Irish Government Accused of Trying to Muzzle Privacy CriticsNew Bill Set to Penalize Disclosure of Data Protection Commission's Reprimands
Irish Parliament has proposed changes to a new bill that would make it a criminal offense to disclose privacy reprimands issued by the Data Protection Commission. Civil rights groups are accusing the government of shielding the country's privacy regulator from criticism.
The Irish Parliament put forward the Criminal Justice (Miscellaneous Provisions) Bill in 2022. It contains amendments to the country's older criminal offenses regulations.
Last week, the lawmakers hastily introduced further changes to the draft law that will grant the country's Data Protection Commission authority to legally sue individuals or organizations for disclosing information relating to reprimands deemed sensitive by the agency. Violations of the proposed law would be punishable by a fine of 5,000 euros.
Privacy rights organizations including the Irish Council for Civil Liberties and NOYB called out the government's proposed move, saying it is an attempt to "muzzle the DPC critics" by making the operations of the agency more "opaque."
"The DPC is already opaque," ICCL senior fellow Johnny Ryan tweeted. "Most of its activity is exempt from Freedom of Information Act, and it does not hold public hearings. This will make the agency even less transparent. Government put this amendment at the final stage of a Miscellaneous Provisions Bill, evading proper scrutiny."
Ryan said the proposed changes may further hinder the agency's cooperation with European Union regulators to uphold citizens' data rights.
Austrian privacy rights activist Max Schrems, whose organization NOYB has successfully sued big tech companies such as Facebook and Google for violations of the General Data Protection Regulation, said the latest amendments will help the Irish privacy regulator limit criticism against the agency. This will further help big companies avoid negative impact on stock prices and public perception, NOYB said.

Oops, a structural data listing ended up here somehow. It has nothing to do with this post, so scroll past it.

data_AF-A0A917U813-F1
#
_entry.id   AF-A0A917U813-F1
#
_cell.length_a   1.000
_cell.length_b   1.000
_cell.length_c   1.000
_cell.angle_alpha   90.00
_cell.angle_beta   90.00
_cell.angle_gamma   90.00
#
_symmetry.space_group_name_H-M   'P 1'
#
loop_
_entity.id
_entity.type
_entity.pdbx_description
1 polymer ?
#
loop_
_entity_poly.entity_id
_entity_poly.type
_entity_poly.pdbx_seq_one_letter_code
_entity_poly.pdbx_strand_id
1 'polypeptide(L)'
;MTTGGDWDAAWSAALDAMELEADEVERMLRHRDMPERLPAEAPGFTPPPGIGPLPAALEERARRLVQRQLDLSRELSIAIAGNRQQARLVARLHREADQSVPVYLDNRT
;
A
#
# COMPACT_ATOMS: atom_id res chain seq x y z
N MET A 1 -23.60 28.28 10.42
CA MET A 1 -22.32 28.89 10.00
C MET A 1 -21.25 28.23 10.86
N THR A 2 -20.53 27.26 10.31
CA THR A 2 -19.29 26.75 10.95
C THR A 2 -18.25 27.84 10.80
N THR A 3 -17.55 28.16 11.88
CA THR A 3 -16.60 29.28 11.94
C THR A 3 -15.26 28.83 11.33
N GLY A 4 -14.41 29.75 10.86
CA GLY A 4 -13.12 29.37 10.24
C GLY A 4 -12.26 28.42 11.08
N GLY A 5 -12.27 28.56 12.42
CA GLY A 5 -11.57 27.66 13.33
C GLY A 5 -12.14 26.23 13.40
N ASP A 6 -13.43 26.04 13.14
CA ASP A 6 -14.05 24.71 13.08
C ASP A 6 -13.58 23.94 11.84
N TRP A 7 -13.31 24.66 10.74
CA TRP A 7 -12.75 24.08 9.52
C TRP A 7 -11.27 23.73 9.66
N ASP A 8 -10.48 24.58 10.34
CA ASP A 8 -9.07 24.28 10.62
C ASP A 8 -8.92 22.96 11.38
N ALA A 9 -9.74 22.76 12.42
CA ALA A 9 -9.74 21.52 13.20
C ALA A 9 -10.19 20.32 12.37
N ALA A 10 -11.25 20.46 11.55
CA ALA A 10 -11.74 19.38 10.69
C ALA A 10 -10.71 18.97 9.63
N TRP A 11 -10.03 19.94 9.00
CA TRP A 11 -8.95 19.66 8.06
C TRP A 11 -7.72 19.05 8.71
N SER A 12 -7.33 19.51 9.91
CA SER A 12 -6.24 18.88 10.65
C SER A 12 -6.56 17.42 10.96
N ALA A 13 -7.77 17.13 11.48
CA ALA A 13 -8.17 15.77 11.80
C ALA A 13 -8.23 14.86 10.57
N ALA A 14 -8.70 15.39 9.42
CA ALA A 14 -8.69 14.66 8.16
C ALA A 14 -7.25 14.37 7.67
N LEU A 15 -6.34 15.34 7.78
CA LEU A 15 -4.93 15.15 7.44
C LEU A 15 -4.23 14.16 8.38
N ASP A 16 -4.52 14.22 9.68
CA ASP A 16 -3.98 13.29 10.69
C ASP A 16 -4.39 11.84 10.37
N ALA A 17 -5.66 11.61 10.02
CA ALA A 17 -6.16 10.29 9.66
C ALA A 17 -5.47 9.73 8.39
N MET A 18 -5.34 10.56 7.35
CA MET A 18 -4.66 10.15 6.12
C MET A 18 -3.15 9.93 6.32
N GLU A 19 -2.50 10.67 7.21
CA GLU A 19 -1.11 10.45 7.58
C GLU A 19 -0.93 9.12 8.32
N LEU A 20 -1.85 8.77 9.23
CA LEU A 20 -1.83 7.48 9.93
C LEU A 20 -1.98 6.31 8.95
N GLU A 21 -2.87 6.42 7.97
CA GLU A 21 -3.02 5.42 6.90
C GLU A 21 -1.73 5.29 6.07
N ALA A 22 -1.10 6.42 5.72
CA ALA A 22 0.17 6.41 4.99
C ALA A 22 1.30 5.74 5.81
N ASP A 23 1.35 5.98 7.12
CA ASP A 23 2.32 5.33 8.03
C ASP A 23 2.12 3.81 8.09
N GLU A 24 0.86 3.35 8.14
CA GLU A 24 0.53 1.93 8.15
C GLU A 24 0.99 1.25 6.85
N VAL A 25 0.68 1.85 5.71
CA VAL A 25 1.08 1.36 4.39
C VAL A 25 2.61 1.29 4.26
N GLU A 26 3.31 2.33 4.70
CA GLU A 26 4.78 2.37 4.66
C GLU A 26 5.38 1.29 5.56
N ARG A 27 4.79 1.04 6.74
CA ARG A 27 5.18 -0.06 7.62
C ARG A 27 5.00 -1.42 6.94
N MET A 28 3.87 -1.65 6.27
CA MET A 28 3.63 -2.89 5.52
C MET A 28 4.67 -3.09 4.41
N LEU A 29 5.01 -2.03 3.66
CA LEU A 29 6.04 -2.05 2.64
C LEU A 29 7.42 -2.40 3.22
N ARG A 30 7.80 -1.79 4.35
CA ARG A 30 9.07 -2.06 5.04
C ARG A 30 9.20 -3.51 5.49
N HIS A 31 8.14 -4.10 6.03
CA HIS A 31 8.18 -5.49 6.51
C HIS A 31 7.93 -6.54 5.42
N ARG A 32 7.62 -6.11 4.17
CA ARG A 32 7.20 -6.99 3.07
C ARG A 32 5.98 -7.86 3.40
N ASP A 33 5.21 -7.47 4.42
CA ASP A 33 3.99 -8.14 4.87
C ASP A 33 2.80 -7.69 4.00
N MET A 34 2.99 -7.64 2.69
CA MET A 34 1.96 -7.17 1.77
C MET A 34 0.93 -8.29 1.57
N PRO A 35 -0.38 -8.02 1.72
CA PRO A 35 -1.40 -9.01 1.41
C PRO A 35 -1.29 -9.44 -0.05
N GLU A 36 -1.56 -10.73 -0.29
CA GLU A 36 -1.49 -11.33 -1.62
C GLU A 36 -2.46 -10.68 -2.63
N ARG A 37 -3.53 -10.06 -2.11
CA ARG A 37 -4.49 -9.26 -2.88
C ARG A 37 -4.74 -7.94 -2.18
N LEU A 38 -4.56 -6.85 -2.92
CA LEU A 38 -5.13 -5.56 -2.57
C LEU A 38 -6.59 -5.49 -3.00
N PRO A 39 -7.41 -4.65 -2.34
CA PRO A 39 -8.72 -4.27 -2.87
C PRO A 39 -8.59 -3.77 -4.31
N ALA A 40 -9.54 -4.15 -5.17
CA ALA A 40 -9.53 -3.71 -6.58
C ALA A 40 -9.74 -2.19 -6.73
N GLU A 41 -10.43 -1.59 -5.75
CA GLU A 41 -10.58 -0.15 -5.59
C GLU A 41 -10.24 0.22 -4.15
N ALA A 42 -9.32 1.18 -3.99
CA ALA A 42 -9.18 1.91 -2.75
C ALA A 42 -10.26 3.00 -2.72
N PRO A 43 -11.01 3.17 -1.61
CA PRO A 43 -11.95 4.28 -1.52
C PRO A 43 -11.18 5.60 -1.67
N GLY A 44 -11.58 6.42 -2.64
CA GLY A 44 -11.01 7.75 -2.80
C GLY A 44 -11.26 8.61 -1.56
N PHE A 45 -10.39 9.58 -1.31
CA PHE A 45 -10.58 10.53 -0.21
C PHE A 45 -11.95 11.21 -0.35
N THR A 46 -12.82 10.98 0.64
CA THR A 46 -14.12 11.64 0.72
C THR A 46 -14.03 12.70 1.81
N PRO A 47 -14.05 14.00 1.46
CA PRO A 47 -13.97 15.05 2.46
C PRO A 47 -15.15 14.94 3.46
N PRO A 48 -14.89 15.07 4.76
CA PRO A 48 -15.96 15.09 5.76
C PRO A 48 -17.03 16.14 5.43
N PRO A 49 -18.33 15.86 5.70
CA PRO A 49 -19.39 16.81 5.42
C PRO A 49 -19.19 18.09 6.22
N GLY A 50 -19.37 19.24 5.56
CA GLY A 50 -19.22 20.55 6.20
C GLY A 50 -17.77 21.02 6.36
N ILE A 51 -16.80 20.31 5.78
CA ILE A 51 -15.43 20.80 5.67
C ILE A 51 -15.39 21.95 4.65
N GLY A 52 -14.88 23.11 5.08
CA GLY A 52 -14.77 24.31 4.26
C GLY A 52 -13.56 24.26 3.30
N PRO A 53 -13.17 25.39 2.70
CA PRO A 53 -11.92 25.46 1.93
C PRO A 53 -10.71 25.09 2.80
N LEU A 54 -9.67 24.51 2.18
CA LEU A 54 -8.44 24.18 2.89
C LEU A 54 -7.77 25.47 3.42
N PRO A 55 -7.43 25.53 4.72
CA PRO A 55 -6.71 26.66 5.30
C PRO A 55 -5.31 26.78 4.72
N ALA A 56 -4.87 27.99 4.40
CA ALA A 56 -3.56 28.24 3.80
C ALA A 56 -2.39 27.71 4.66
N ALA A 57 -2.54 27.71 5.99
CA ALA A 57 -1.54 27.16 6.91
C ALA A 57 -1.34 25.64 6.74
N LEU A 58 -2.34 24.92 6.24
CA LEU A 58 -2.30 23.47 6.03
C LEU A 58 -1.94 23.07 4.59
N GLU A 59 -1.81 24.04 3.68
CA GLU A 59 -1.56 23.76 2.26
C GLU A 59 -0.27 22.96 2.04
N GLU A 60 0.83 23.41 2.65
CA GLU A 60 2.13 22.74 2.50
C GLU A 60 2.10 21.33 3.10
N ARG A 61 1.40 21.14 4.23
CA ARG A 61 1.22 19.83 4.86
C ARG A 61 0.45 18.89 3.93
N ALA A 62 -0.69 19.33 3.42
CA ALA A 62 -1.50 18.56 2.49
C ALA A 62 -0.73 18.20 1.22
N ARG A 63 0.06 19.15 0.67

"Instead of reacting to legitimate criticism, they now try to criminalize it," Schrems said. "The law would, however, allow the DPC to selectively share information when it sees fit. It is mind-blowing that this would happen in a European country."
The bill is set to enter final debate in the Irish Parliament on Wednesday. The privacy groups are calling on lawmakers to reject the proposed changes.
Privacy activists and civil society groups have long dogged the Irish Data Protection Commission with accusations that it is soft on U.S.-based tech companies. The fact that a large number of American big-tech companies - including Facebook, Microsoft and Apple - have established international headquarters in Dublin gives the Irish agency outsized influence over the behavior of these companies.
This flexibility made Ireland a bottleneck in effective GDPR implementation, the ICCL said previously, adding that a majority of regulatory action undertaken by the DPC against big tech companies tended to be largely settled through amicable resolutions (see: Irish Civil Society Dogs Irish DPC With GDPR Criticism).
The Irish DPC rejects these claims, citing its history of multiple, multimillion-euro fines against companies such as Facebook. The agency declined to comment on the legislation.